Commissioner of Income Tax (Appeals) (“CIT(A)”)

The CIT (A) also passed two separate orders for each FY and confirmed the action of the AO. In addition to the claims of the AO (including the one on Services not being inextricably linked to the purchase of equipment and the Services qualifying the ‘make available test’), the CIT (A) made the following claims to conclude that the Consideration paid was taxable in India: (i) as per section 90(4)1 of the ITA, in the absence of a valid TRC, no treaty benefits can be claimed by the Taxpayer, (ii) based on a reasonable conclusion based on admitted facts, TEI formed an installation permanent establishment (“PE”) in India as per Article 5(2)(k) of the India – US DTAA, (iii) since TEI has a PE in India, the fees earned by TEI in India will be taxable in India under section 44DA of the ITA.

Aggrieved by the order of the CIT (A), the Taxpayer approached the Tribunal. The Tribunal clubbed both the appeals and passed a consolidated order granting partial relief to the Taxpayer.

Tribunal

Given that the primary argument of the Taxpayer - that no tax should be withheld from the Consideration amount - was based on availing the benefits under the India-US DTAA, the Tribunal was of the view that the question of eligibility to treaty benefits had to be analysed at the very outset. The Tribunal placed reliance on the provisions of section 90(4) and Section 90(2) of the ITA to rule on this issue. Section 90(4) provides that a Taxpayer will be allowed to claim treaty relief only if it provides a ‘certificate of his being a resident’ from the country it is a resident of. Section 90(2) which provides the Taxpayer the option to be taxed under the relevant tax treaty if the provisions of the treaty are more beneficial to the Taxpayer, was noted by the Tribunal to be a unique and unqualified provision. Accordingly, the Tribunal observed that absent a non-obstante clause, despite the fact that section 90(4) prima facie suggests that furnishing a TRC is a pre-condition to avail treaty benefits, it cannot override section 90(2). Further, the Tribunal held that Section 90(4) of the ITA should be construed as a provision beneficial to the taxpayer, in that, once the taxpayer furnishes a TRC, the AO cannot disentitle it from availing treaty benefits. However, the mere non-furnishing of it (TRC) cannot be ground enough to disentitle the taxpayer from obtaining treaty benefits. The Tribunal emphasized that such a construction of section 90(4) had been confirmed by the Punjab and Haryana High Court in Serco BPO Pvt. Ltd. v. Authority for Advance Ruling.2 In the said Ruling (Serco BPO), while drawing reference to the clarification issued by the Finance Ministry regarding the TRC in 2013, it was held that a valid TRC establishes tax residence ‘beyond doubt’. In that context, this ITAT judgment is instrumental in establishing that the standard of proof for establishing tax residence is not one of ‘beyond doubt’ and that any set of documents which reasonably prove tax residence should suffice.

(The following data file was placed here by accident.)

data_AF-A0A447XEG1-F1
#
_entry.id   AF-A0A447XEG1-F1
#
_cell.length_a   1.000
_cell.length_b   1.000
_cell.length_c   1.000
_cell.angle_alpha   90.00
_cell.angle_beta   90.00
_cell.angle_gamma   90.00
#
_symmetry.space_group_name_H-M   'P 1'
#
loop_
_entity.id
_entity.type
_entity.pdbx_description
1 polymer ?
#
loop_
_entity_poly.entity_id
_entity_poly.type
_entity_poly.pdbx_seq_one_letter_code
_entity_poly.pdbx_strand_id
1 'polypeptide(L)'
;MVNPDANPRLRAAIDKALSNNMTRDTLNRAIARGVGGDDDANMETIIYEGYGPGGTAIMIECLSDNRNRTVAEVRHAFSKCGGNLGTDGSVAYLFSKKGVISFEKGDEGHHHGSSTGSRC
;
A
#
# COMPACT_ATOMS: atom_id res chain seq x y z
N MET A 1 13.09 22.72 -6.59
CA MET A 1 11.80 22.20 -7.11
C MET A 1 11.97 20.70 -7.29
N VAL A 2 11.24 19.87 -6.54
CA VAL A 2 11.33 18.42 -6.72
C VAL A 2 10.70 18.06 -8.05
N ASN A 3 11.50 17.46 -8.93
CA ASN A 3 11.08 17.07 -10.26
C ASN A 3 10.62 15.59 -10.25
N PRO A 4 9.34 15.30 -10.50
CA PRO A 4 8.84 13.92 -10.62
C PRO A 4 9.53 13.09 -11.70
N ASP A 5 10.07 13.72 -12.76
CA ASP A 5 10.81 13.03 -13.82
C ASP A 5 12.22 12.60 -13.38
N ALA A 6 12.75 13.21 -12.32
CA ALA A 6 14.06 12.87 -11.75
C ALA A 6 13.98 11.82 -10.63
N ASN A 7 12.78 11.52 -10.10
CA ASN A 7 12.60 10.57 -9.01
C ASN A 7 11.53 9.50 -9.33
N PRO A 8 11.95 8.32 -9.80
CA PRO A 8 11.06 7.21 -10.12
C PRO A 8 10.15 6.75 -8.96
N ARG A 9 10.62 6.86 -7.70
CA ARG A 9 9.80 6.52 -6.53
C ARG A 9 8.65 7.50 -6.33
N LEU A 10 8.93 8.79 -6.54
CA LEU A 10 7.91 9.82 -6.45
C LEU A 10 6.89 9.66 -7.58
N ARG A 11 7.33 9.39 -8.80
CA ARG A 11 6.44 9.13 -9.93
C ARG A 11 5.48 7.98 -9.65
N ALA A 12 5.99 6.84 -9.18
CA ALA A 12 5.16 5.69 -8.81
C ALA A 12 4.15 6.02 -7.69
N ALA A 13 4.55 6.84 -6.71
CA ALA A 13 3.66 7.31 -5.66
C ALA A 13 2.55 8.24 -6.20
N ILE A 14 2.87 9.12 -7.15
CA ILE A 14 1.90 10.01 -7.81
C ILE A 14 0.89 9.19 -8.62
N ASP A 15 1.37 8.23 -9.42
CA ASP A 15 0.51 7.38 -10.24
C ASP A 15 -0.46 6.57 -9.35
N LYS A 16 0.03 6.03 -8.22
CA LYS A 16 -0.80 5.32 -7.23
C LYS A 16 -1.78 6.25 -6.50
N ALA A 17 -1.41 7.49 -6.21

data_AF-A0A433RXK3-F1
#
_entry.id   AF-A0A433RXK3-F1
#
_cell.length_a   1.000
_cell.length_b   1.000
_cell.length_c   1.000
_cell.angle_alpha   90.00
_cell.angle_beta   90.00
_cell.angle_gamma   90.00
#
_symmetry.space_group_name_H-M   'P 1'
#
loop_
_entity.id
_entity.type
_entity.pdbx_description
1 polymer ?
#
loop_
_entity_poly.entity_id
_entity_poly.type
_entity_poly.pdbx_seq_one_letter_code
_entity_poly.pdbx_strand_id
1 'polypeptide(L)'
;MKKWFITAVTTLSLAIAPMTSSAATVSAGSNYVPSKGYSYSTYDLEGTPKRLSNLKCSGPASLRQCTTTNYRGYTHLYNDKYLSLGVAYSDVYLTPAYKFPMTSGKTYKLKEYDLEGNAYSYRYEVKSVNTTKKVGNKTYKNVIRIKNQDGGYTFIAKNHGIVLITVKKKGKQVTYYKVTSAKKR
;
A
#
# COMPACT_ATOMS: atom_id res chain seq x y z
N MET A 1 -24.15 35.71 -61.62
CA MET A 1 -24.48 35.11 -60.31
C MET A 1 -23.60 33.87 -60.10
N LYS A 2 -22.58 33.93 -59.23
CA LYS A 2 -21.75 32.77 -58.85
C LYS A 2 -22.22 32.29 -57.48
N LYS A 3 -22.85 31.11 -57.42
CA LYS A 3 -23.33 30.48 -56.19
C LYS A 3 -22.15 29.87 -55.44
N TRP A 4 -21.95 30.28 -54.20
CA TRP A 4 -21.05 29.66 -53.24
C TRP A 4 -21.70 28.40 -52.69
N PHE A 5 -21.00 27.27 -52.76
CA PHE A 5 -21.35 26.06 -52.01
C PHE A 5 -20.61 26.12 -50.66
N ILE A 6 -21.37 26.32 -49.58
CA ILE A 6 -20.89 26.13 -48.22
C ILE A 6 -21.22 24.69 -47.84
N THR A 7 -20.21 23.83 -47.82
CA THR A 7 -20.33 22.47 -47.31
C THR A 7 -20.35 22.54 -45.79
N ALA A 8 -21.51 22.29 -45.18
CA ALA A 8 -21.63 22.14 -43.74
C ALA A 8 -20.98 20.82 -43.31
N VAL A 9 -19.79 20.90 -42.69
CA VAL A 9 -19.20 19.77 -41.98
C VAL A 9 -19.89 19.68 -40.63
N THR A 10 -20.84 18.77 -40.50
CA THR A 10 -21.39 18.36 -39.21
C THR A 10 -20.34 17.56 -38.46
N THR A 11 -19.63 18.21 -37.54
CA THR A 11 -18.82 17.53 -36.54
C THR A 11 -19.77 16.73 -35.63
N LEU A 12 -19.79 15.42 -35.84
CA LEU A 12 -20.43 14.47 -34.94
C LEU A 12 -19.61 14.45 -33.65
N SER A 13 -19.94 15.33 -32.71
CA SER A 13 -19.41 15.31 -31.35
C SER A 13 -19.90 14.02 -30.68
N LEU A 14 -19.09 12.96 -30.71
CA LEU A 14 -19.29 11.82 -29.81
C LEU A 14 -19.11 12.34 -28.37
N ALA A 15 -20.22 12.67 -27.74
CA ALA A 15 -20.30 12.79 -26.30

Additionally, the Tribunal noted that while non-furnishing of TRC does not disentitle a taxpayer from availing treaty benefits, there has to be reasonable evidence of ‘tax residency’ of the payee (TEI in this case) for it to claim treaty benefits. Such evidence may be in the form of any document which establishes that the taxpayer is a tax resident of the country it claims to be. In the present case, considering the absence of a TRC, the only other evidence which the Tribunal could rely on was Form W9 submitted by the Taxpayer.